UN Special Rapporteur on extreme poverty and human rights lao pdr end of mission statement.pdf


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Statement by Professor Philip Alston, United Nations Special Rapporteur on extreme poverty and
human rights on his visit to Lao PDR, 18-28 March 2019
Vientiane, 28 March 2019
1. Introduction
On paper, the Lao People’s Democratic Republic has made great progress in poverty reduction over
recent decades. And after more than twenty years of striving to graduate from “least developed country”
(LDC) status, and maintaining GDP growth above 6.5 percent since 2005,1 the country is set to graduate
in 2024.2 This impressive growth has been achieved in large part through encouraging foreign investment,
particularly in mining, hydropower, and agriculture.
However, behind this apparent success story lies a more complicated and problematic reality. Unlike in
many countries, Lao PDR’s rapid economic growth has not led to a commensurate reduction in poverty.
The Government’s single-minded focus on large infrastructure projects (such as dams and railways), land
acquisition, resource extraction, and foreign investment has created all too few jobs for Lao people,
generated very large debt repayment obligations, and disproportionately benefited wealthy elites. Those
living in poverty, ethnic minorities, and people in rural areas have seen very few of the benefits of the
economic boom.
A recent official publication perfectly captures these trends:
“While many entrepreneurs and well-connected business people have managed to benefit from
recent economic growth, creating a small but very wealthy elite and a well off middle class, a
large number of poor have lost land and access to important natural resources, which has resulted
in increasing wealth disparities throughout the country. Indeed the ongoing transfer of land from
private households to companies is a major driver of new forms of poverty in rural areas,
effectively creating an emerging class of landless poor.”3
As illegal logging slows and the country’s two large mines close by 2021,4 the economy will depend
much more heavily on manufacturing and services, but it is widely acknowledged that the skilled
workforce required for such a transition is badly lacking. This reflects a failure to invest adequately in
health, education, children’s well-being, rural areas, and poverty alleviation.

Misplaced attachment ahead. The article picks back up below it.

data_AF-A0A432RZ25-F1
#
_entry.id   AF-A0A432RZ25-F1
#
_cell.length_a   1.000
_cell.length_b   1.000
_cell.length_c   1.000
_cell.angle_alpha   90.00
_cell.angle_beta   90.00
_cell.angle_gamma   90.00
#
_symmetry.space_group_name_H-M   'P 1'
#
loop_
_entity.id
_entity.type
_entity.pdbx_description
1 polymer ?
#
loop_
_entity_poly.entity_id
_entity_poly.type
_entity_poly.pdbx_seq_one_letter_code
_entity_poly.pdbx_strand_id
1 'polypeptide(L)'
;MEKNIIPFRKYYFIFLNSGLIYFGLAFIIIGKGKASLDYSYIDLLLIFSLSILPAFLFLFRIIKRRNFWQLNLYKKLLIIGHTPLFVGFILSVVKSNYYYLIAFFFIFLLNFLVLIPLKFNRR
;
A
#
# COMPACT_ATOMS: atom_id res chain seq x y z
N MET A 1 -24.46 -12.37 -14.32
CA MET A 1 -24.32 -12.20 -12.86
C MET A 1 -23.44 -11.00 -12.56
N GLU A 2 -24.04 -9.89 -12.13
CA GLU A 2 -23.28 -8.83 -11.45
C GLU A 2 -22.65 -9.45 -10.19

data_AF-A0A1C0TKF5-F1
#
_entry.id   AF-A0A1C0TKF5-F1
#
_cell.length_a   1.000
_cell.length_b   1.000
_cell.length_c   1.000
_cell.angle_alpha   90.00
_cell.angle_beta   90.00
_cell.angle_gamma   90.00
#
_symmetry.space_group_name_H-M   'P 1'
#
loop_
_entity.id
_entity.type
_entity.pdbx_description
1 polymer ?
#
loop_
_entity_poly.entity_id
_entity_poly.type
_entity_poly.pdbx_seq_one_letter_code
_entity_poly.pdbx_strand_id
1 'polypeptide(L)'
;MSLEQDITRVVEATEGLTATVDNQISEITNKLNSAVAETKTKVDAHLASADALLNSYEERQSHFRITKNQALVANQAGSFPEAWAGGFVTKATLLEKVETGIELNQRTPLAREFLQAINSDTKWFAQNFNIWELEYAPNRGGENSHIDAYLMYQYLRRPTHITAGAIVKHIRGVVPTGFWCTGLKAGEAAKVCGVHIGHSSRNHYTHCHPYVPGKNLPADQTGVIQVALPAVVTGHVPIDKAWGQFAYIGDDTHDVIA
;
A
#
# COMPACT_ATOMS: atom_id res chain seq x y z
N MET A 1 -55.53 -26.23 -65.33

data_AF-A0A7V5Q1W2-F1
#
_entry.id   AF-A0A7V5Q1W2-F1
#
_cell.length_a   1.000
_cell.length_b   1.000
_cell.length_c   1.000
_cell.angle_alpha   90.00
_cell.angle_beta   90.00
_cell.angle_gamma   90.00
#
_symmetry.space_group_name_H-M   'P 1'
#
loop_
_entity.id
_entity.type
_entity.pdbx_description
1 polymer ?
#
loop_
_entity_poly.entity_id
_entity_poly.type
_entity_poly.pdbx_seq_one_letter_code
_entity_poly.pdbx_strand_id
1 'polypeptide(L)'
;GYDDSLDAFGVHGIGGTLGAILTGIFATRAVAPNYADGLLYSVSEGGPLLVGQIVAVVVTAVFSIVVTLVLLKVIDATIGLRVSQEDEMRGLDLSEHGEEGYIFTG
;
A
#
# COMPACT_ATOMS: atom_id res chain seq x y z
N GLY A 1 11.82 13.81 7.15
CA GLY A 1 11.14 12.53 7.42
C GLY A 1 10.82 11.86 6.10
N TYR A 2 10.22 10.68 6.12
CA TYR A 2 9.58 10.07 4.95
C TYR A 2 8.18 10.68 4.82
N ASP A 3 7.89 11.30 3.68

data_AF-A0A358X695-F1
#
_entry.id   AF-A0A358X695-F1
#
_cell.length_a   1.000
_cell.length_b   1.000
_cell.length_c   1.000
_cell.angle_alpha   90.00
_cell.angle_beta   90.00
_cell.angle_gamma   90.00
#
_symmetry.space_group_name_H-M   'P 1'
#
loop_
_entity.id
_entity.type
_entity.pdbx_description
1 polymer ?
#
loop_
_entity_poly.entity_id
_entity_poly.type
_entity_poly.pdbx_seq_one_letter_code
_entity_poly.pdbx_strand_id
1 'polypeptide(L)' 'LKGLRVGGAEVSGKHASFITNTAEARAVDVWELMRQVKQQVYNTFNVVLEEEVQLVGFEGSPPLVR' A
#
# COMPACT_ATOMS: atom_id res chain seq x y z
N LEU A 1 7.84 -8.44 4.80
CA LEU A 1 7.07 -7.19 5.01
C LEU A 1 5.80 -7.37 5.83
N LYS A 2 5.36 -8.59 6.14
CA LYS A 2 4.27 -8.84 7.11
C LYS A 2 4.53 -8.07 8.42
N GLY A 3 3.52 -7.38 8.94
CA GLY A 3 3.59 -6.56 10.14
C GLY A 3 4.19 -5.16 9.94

Far from providing an answer to poverty, Lao PDR’s economic growth strategies have too often
destroyed livelihoods, created or exacerbated vulnerability, and lead to impoverishment for many groups.
Some approaches to poverty alleviation have instead prejudiced the human rights of poor and
marginalized people. Meanwhile, the country has not developed a strong social protection system to
support the many people left behind by the transitioning economy. By emphasizing aggregate economic
growth over poverty reduction, social protection, job creation, and socioeconomic mobility, the
government has achieved impressive GDP numbers but at times has failed to make meaningful changes in
the lives of a very large number of people in poverty.
Deep structural barriers prevent the full realization of human rights by people in poverty. Poor women
must navigate highly patriarchal beliefs and institutions, are routinely shut out of decision-making


1

World Bank, “GDP growth (annual %) Lao PDR,” https://data.worldbank.org/indicator/NY.GDP.MKTP.KD.ZG?locations=LA.
United Nations Development Programme, “Lao PDR’s eligibility for graduation from LDC status confirmed,” March 2018,
www.la.undp.org/content/lao_pdr/en/home/presscenter/pressreleases/2018/3/19/lao-pdr_s-eligibility-for-graduation-from-least-developed-countr/.
3 Lao Statistics Bureau, Centre for Development and Environment, and University of Bern, “Social Economic Atlas of the Lao PDR: Patterns and Trends
from 2005-2015," 2018, p. 116.
4 Meeting with Ministry of Energy and Mines, March 27, 2019.
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